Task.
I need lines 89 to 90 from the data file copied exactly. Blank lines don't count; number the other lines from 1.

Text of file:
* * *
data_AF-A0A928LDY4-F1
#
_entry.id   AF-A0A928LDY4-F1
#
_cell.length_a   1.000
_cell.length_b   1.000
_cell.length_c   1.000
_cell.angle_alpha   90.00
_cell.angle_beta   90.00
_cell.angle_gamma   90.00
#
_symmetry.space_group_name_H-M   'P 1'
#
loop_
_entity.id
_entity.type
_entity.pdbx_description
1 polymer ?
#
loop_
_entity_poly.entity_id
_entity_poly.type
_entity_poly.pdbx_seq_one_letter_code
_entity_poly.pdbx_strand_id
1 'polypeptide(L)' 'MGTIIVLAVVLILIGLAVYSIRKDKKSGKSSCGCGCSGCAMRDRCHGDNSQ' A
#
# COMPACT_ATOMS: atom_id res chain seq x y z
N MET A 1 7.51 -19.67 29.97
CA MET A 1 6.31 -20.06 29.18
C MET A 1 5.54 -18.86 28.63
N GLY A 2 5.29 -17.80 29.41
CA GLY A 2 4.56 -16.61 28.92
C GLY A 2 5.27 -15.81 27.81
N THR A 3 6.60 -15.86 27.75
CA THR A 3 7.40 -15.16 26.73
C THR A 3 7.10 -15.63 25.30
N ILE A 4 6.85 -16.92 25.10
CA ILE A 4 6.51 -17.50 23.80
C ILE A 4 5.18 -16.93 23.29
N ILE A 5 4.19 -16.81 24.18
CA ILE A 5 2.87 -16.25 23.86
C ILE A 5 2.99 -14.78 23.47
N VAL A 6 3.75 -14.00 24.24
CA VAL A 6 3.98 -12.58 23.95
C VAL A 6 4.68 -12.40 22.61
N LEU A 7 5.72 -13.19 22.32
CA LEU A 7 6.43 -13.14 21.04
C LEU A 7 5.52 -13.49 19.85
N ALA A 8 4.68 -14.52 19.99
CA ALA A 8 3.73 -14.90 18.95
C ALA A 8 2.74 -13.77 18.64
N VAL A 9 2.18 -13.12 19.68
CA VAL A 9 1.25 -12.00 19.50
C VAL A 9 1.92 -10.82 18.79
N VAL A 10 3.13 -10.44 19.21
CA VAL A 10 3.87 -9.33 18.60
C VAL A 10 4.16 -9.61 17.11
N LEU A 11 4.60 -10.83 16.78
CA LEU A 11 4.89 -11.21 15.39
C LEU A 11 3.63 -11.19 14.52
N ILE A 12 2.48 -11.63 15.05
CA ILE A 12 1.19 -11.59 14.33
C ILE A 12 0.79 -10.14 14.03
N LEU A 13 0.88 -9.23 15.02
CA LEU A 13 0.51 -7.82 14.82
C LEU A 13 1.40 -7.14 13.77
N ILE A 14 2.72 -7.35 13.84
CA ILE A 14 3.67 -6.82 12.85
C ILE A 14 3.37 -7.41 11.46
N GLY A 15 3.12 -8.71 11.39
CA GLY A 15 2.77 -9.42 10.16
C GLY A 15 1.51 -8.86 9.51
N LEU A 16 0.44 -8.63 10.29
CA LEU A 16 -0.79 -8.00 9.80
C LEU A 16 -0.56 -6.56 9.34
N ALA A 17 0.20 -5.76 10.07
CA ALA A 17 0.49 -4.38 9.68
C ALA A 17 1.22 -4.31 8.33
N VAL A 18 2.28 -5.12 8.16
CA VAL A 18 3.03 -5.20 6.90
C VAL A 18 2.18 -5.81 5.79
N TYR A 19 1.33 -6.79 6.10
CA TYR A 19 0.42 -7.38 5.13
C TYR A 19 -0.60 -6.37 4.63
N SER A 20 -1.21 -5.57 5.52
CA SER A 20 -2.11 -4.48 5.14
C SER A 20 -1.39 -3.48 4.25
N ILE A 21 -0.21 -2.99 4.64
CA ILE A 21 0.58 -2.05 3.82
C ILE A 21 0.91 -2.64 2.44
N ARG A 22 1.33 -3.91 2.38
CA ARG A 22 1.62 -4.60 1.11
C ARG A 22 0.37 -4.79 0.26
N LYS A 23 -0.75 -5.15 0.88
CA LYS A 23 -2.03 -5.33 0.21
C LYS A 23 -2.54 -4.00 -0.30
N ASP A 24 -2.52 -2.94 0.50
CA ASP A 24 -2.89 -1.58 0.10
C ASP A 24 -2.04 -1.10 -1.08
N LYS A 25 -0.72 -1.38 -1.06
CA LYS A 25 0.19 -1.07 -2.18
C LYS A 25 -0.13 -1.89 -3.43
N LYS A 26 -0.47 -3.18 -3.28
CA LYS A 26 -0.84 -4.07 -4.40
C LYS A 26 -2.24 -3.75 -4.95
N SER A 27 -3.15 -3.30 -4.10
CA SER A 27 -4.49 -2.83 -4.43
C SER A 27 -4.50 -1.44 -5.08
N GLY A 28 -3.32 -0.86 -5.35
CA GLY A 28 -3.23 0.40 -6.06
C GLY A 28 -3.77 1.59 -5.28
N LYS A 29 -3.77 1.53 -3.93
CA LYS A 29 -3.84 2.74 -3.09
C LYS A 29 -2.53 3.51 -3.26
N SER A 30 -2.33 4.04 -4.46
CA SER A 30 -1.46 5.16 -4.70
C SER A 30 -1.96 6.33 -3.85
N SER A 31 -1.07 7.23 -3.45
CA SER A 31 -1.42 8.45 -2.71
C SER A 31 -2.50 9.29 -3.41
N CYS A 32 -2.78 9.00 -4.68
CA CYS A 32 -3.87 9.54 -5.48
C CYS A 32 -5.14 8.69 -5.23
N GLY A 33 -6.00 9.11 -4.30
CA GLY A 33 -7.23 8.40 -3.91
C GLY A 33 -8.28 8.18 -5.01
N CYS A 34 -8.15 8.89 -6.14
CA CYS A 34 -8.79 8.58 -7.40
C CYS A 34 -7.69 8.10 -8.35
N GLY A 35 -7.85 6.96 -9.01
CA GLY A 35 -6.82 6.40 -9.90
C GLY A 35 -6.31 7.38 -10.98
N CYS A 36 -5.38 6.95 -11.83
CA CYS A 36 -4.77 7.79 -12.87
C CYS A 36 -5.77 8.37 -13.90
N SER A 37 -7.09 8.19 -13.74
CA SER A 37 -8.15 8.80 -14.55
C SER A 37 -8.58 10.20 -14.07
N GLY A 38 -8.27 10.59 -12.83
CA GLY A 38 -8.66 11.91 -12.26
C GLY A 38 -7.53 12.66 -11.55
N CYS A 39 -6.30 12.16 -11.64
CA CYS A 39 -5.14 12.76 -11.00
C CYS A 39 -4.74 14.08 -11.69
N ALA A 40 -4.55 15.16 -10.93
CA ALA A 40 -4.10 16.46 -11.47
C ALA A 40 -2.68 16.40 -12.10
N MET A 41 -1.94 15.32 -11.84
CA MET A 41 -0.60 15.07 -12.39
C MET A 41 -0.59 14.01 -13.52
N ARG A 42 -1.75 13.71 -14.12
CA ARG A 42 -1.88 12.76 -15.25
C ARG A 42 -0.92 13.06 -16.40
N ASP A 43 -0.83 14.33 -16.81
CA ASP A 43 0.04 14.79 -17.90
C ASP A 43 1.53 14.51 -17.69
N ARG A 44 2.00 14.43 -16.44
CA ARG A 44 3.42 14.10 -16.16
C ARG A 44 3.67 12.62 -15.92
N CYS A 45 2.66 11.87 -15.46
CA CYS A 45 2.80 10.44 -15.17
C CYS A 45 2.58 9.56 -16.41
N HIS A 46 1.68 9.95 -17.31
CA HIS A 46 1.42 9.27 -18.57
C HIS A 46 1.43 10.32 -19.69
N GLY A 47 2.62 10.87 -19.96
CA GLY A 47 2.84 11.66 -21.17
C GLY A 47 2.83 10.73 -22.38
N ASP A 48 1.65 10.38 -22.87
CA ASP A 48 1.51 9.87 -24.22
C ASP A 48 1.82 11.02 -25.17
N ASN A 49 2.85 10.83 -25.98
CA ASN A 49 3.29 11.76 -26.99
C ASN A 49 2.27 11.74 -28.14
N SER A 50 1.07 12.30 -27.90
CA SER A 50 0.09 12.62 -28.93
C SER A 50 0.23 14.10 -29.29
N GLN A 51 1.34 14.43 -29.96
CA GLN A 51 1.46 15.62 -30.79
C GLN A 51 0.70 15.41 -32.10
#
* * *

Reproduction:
CA ILE A 21 0.58 -2.05 3.82
C ILE A 21 0.91 -2.64 2.44